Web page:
Babylon (2022) **** – Seen at the Cinema

Wild raucous’n’roll rollercoaster that, contrary to expectation, I found totally absorbing, length not an issue. Employing a simple structure of rise and fall, and exploring the upside and downside of Hollywood in the transition from silent to sound, it seemed to me in essence to capture movie-making. A Broadway play could be a hit if…

Miracle of the White Stallions (1963) ***

You wouldn’t look to Walt Disney in the 1960s to provide a tyro director with a calling card when so much of that studio’s output was saccharine. But this beautifully-mounted World War Two drama showed there was a new kid in town worth watching, name of Arthur Hiller. And if you always wondered why the…

Cate Blanchett and The Shawshank Redemption

I assuming you know that the famed Stephen King novella on which the Tim Robbins/Morgan Freeman picture was based was originally entitled Rita Hayworth and the Shawshank Redemption, the poster of that movie goddess used in that version by the wannabe escapee to cover the hole he was making in his prison cell wall. I’m…

Tar (2022) *** – Seen at the Cinema

Editor wanted to stop self-indulgent director sabotaging his own work. Normally, this would be a producer’s job but there’s so many of them (I counted 14) in this co-production that I doubt any was at the wheel of the ship, trusting the director wouldn’t do something so guaranteed to alienate an audience as stick in…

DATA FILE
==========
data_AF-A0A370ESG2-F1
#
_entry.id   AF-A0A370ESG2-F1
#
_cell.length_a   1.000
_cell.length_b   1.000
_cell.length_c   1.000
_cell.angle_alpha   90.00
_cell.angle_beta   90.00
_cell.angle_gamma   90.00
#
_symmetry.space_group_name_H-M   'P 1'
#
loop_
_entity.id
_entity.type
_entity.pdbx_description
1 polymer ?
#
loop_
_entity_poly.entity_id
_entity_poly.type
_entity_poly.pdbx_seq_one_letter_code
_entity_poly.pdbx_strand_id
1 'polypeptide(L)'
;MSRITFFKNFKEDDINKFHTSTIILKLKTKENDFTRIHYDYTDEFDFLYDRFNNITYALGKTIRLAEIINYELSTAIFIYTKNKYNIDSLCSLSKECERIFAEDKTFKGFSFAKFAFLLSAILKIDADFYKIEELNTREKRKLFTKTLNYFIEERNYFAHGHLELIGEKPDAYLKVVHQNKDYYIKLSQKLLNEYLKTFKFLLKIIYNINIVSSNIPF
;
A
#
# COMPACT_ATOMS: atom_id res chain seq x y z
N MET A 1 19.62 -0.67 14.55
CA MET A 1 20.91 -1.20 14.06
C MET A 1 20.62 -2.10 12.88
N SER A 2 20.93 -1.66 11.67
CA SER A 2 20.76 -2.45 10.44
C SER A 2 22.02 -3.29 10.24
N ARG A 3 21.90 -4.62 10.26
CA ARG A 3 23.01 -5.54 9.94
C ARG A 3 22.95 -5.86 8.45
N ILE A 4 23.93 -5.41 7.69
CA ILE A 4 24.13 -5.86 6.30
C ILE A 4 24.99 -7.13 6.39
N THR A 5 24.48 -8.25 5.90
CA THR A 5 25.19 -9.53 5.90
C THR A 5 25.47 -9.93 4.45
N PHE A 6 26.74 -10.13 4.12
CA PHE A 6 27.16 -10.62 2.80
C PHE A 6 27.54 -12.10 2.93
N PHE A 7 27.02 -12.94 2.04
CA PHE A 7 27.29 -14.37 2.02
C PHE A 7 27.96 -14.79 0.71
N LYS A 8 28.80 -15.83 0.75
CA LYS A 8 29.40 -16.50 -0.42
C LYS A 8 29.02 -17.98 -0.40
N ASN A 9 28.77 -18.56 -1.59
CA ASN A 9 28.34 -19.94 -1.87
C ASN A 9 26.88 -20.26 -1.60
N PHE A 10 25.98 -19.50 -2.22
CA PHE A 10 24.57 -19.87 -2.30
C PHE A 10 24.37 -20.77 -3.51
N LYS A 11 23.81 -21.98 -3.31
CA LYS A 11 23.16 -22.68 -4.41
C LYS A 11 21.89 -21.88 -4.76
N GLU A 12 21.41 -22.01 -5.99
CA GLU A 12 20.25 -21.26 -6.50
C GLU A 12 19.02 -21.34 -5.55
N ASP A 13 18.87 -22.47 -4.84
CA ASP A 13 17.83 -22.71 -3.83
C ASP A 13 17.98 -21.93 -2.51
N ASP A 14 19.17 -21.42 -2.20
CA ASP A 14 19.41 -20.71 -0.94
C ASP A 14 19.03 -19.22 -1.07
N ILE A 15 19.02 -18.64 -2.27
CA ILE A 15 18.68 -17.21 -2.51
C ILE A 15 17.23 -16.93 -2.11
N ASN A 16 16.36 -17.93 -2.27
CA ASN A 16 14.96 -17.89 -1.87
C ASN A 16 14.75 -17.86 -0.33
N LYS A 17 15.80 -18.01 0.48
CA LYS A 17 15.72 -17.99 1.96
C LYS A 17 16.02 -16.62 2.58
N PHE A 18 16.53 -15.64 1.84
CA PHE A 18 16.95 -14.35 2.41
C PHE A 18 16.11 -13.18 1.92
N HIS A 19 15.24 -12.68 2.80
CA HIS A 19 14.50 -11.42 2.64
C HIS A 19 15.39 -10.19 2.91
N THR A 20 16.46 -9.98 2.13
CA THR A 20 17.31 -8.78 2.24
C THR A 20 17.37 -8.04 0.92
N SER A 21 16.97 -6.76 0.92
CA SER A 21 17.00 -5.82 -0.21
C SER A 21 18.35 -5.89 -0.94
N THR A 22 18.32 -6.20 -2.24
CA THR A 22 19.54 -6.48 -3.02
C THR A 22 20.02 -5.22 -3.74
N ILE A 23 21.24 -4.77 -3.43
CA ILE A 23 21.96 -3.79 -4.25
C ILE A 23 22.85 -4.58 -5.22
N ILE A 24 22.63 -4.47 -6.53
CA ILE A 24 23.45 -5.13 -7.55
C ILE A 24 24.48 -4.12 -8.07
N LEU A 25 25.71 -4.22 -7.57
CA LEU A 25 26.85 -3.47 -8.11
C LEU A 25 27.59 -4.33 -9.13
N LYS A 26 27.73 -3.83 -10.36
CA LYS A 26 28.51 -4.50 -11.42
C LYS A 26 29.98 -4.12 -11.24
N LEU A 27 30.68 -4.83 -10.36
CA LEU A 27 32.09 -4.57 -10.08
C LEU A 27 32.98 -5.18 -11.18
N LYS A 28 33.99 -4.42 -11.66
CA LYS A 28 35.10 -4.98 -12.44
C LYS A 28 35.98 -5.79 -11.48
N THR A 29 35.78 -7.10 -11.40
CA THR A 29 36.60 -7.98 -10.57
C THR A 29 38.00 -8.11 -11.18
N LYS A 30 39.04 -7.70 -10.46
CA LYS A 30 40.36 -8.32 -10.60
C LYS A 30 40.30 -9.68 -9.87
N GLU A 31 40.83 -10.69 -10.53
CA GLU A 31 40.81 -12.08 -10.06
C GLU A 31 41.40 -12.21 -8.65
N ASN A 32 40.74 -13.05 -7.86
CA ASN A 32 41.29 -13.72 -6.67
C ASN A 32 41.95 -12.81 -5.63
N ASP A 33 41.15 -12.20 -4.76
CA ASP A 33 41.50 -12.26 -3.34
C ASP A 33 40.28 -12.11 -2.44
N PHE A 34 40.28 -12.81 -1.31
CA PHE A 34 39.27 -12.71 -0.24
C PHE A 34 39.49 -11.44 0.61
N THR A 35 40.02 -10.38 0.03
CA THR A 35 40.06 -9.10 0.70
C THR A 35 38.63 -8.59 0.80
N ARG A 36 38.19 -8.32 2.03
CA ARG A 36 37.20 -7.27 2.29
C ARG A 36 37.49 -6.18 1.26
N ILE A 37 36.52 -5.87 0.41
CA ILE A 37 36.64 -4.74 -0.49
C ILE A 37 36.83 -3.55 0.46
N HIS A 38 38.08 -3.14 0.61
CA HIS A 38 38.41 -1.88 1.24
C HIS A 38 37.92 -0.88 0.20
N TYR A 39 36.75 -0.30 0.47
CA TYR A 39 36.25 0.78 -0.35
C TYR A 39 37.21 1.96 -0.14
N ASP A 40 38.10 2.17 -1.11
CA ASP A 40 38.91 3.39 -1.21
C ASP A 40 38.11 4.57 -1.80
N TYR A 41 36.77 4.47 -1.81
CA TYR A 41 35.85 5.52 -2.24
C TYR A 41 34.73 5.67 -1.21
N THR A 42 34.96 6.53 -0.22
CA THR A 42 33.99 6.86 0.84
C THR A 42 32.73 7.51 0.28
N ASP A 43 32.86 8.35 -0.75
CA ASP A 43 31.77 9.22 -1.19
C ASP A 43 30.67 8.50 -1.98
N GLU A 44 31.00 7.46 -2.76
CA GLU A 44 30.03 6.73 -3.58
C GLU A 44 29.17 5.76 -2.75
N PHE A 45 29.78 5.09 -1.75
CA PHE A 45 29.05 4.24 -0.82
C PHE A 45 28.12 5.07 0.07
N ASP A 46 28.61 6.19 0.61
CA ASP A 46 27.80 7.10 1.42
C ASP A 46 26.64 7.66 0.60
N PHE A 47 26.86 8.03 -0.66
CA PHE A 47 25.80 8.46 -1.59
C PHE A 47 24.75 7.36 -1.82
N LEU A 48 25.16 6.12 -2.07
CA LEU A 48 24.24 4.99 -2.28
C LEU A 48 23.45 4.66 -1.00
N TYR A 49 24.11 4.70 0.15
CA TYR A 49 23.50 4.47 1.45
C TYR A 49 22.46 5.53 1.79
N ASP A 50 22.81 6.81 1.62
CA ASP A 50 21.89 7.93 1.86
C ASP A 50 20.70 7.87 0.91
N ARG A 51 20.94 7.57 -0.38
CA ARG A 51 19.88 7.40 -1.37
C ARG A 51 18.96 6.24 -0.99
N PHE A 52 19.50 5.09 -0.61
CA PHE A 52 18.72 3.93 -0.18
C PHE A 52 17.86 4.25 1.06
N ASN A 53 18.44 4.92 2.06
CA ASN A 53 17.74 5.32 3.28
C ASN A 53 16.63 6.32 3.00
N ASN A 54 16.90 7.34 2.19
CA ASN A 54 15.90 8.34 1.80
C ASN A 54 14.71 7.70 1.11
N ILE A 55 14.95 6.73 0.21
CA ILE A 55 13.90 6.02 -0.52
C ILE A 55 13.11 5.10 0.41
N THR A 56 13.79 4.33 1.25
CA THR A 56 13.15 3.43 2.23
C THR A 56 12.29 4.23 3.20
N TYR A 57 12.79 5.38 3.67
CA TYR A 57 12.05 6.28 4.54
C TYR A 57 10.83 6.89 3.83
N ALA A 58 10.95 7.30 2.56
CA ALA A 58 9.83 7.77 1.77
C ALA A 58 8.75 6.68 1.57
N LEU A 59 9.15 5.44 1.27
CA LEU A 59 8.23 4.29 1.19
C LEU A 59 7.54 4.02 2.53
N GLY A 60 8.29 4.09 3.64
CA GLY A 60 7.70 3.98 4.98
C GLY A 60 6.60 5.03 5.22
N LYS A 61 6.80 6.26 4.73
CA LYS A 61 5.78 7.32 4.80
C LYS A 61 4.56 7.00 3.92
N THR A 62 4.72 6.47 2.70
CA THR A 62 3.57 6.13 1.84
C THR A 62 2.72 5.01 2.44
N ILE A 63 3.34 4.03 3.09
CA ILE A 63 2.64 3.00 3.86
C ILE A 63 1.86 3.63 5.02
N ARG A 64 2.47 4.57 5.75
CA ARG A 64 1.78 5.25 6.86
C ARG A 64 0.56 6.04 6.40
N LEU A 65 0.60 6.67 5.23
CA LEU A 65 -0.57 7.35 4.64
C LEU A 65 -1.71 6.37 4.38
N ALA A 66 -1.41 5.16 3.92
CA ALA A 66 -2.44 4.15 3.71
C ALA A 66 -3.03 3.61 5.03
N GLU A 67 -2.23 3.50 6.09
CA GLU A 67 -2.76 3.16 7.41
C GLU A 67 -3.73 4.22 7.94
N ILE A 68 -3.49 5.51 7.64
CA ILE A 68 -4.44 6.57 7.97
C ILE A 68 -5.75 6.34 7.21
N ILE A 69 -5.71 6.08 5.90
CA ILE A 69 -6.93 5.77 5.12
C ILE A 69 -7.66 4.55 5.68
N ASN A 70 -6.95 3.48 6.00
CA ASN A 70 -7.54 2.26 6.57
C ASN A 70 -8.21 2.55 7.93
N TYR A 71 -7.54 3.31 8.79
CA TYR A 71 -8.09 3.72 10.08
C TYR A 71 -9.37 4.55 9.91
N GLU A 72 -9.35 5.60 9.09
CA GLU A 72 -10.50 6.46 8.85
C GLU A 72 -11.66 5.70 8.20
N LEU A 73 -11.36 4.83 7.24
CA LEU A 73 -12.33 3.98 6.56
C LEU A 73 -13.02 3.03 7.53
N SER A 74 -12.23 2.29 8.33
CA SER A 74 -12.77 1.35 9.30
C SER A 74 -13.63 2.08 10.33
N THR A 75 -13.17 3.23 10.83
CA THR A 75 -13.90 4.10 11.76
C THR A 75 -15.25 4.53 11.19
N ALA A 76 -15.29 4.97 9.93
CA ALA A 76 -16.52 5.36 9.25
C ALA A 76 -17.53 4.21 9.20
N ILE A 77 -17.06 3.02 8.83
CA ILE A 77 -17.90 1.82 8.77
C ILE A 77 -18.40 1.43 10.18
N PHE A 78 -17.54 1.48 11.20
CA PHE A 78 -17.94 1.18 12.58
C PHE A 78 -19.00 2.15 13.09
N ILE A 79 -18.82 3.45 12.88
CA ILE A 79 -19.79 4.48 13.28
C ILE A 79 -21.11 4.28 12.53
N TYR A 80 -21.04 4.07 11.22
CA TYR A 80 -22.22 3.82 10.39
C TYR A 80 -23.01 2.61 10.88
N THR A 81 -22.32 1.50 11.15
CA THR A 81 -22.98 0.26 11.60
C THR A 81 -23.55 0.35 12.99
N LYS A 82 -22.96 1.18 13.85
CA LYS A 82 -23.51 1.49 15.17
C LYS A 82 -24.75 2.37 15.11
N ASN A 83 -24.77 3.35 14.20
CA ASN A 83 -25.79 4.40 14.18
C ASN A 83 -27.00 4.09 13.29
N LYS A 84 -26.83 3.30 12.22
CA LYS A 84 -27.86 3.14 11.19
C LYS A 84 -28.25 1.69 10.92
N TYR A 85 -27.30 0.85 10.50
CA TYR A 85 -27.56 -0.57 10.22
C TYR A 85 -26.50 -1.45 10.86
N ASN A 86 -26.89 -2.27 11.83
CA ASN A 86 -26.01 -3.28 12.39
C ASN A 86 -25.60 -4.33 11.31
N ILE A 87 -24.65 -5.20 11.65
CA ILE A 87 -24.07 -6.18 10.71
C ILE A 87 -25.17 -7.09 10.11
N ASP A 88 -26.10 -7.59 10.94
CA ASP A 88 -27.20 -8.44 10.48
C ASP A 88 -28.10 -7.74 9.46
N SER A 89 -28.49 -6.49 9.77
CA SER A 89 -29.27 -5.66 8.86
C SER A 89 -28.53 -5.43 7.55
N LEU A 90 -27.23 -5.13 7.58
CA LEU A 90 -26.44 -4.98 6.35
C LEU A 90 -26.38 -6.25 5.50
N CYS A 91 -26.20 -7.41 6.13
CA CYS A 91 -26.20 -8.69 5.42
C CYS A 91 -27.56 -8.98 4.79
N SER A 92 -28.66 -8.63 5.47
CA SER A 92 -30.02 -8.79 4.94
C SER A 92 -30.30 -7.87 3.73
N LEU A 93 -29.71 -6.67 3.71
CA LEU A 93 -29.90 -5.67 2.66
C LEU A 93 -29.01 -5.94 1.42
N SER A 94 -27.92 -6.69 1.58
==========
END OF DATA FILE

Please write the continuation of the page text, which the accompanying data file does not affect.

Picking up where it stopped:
How To Invent A Cult Movie: “Vanishing Point” (1971)

The easiest method to get a film designated a cult is to claim it was a flop on release but, hey presto, thereafter acquired a new following. Classic examples might include It’s A Wonderful Life (1946), The Magnificent Seven (1960) and The Shawshank Redemption (1994). According to Wikipedia, Vanishing Point fits that niche. Based on…

Vanishing Point (1971) *****

There always was an existential element to speed. Destination was another symbolic aspect. A “vanishing point” has an artistic meaning; relating to perspective it’s the place where parallel lines cross. But it also means something so diminished as to be unimportant, and you could argue this movie is a place where the figurative and metaphorical…

A Man Called Otto (2023) ****

Heart-warming tale of a suicide wannabe. Yep, the studio didn’t know how to sell it either, and the trailer had originally put we off, a gurning Tom Hanks and the annoying neighbor from hell. And it just shows what a sick character I must be that I was chuckling all the way through. Because, yes,…

Arabella (1967) ***

Under-rated comedy, set in 1928 Italy, had me chuckling all the way through. An episodic structure sees Arabella (Virna Lisi) duping an Italian hotel manager, British general and an Italian Duke (all played by Terry-Thomas) out of their cash in order to pay off the mounting tax debts of her grandmother Princess Ilaria (Margaret Rutherford)…

Cash on Demand (1961/1963) ***

Ideal crime B-picture. No femme fatale, but a tight one-location two-hander. Set a couple of days before Xmas in a rural English market town, while possessing sufficient twists to see it through, in the main it is a battle of wills between urbane thief Col Gore Hepburn (Andre Morell) and his victim, stuffed-shirt bank manager…

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